The testers 4 currently available on the market differ, among other things, basically for the speed with which they are able to supply to the personal computer 5 the data read from the memory device 2. In particular, amongst the testers currently available on the market, the ones which are operatively slower require even around 100 ms for supplying to the personal computer 5 even just one datum read, in so far as they use a serial communication protocol and have an extremely simple internal logic.

A very effective method that is currently used to increase the amount of data transmitted in unit time by the tester 4 to the personal computer 5 is represented by the implementation of the so-called data compression algorithms, the most widely used of which are essentially based upon the principle of sending to the personal computer just the bits or groups of bits for which a read fail has been verified and a corresponding address with respect to a reference bitmap.

The data compression algorithms based upon comparison of the bitmap read with a reference bitmap require first of all generation of the reference bitmap and their performances depend to a large extent upon the degree of “resemblance” of the bitmap read with the reference bitmap, and, in particular, their performances are satisfactory only in the case in which the bitmap read is not very different from the reference bitmap.

SUMMARY

An aim of the present invention is therefore to provide a data compression method that is not based upon the criterion of comparison between bitmaps.

According to one aspect of the present invention, a method is provided for compressing repetitive data, as defined in claim 1.

BRIEF DESCRIPTION OF THE DRAWINGS

For a better understanding of the present invention, there is now described a preferred embodiment, purely by way of non-limiting example and with reference to the attached drawings, in which:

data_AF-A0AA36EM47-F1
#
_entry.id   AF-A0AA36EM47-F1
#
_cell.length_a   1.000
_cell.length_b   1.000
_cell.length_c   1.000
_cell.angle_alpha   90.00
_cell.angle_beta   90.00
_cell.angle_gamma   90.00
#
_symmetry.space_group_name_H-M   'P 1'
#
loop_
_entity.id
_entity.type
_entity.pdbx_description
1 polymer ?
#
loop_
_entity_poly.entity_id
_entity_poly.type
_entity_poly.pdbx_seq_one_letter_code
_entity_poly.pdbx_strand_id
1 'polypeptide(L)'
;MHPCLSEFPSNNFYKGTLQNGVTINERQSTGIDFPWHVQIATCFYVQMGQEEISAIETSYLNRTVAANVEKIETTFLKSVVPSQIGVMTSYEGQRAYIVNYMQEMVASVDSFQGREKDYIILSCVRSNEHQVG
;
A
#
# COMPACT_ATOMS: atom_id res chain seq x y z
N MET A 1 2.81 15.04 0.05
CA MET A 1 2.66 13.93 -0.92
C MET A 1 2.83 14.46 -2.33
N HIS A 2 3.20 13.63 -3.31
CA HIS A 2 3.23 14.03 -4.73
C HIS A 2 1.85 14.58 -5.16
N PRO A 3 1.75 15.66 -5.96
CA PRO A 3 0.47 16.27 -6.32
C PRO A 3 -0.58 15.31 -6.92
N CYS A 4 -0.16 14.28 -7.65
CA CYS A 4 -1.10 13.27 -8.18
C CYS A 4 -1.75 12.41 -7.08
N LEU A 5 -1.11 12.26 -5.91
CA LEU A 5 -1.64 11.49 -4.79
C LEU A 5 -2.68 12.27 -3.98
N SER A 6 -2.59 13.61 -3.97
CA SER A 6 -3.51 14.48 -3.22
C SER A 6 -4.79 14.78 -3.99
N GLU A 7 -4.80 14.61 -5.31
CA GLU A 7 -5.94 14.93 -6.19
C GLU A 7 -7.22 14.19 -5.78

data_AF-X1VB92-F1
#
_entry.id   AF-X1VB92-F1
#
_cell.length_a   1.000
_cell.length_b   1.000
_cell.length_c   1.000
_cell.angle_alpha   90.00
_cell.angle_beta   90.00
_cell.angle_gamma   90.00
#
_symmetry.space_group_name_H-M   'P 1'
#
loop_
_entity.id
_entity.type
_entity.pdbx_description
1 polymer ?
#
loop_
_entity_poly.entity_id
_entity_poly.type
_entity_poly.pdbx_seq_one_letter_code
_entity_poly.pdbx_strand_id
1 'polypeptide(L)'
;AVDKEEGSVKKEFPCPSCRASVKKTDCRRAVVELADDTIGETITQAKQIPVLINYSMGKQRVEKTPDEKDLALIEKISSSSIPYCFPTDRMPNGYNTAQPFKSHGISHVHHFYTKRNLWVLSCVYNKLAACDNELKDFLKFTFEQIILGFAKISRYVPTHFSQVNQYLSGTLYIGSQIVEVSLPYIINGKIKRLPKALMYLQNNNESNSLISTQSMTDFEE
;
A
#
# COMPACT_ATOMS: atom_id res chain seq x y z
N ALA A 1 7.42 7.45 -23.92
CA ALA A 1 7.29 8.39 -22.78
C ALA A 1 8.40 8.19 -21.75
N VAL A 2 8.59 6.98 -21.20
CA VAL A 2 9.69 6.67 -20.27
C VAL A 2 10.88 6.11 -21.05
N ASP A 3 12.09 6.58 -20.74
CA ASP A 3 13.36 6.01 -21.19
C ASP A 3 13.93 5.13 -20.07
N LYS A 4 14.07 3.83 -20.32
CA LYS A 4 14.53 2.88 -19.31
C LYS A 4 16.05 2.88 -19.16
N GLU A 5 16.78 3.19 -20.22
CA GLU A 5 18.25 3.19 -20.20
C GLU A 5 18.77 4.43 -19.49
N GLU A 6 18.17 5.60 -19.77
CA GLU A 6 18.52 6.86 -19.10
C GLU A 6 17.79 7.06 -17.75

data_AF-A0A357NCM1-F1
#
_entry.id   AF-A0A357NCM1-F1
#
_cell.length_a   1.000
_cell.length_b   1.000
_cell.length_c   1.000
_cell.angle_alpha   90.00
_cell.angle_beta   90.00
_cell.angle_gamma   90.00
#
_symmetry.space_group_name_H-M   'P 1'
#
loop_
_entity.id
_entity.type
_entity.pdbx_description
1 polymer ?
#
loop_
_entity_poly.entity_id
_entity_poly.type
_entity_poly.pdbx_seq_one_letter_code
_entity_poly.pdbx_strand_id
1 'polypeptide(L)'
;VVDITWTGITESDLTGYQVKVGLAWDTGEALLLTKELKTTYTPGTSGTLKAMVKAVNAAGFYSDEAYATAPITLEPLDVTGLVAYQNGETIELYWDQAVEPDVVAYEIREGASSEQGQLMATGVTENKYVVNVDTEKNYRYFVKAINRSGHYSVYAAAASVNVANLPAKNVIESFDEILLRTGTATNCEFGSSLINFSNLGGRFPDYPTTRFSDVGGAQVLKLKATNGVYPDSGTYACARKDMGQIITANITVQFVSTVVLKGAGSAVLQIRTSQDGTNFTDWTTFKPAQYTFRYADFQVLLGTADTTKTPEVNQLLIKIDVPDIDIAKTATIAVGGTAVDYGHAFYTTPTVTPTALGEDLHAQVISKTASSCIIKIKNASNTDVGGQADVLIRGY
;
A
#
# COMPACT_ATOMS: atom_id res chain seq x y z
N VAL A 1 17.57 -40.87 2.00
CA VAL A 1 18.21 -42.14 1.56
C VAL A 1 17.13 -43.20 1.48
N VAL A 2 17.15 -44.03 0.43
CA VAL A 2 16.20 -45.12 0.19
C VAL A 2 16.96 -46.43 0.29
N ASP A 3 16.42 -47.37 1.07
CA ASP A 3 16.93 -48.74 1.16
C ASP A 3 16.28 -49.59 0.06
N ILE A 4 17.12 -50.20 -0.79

FIG. 1 schematically shows a circuit arrangement for testing an embedded memory device;

FIGS. 2 a and 2 b show flowcharts of a compression method according to one embodiment of the present invention;

FIGS. 3 a and 3 b show data formats used in encoding a sequence of repetitive data according to a first embodiment of the present invention;

FIGS. 4 a, 4 b, 4 c, 4 d and 4 e show an example of the encoding of a sequence of repetitive data according to the first embodiment of the present invention;

FIGS. 5 a to 5 k show another example of the encoding of a sequence of repetitive data according to the first embodiment of the present invention;

FIGS. 6 a, 6 b, 6 c and 6 d show data formats used in encoding a sequence of repetitive data according to a second embodiment of the present invention; and

FIGS. 7 a, 7 b, 7 c and 7 d show an example of the encoding of a sequence of repetitive data according to the second embodiment of the present invention.

DETAILED DESCRIPTION

The following discussion is presented to enable a person skilled in the art to make and use the invention. Various modifications to the embodiments will be readily apparent to those skilled in the art, and the generic principles herein may be applied to other embodiments and applications without departing from the spirit and scope of the present invention. Thus, the present invention is not intended to be limited to the embodiments shown, but is to be accorded the widest scope consistent with the principles and features disclosed herein.

As is illustrated in FIG. 2 a, a compression method according to an embodiment of the present invention essentially envisages execution of two operations:

recognizing a sequence of repetitive data (block 10), whereby, as the data are read from the memory device under test, it is determined whether individual data or groups of data are repeated according to a sequence; and

sequence encoding (block 20), whereby the recognized sequence of repetitive data or repetitive groups of data is appropriately encoded.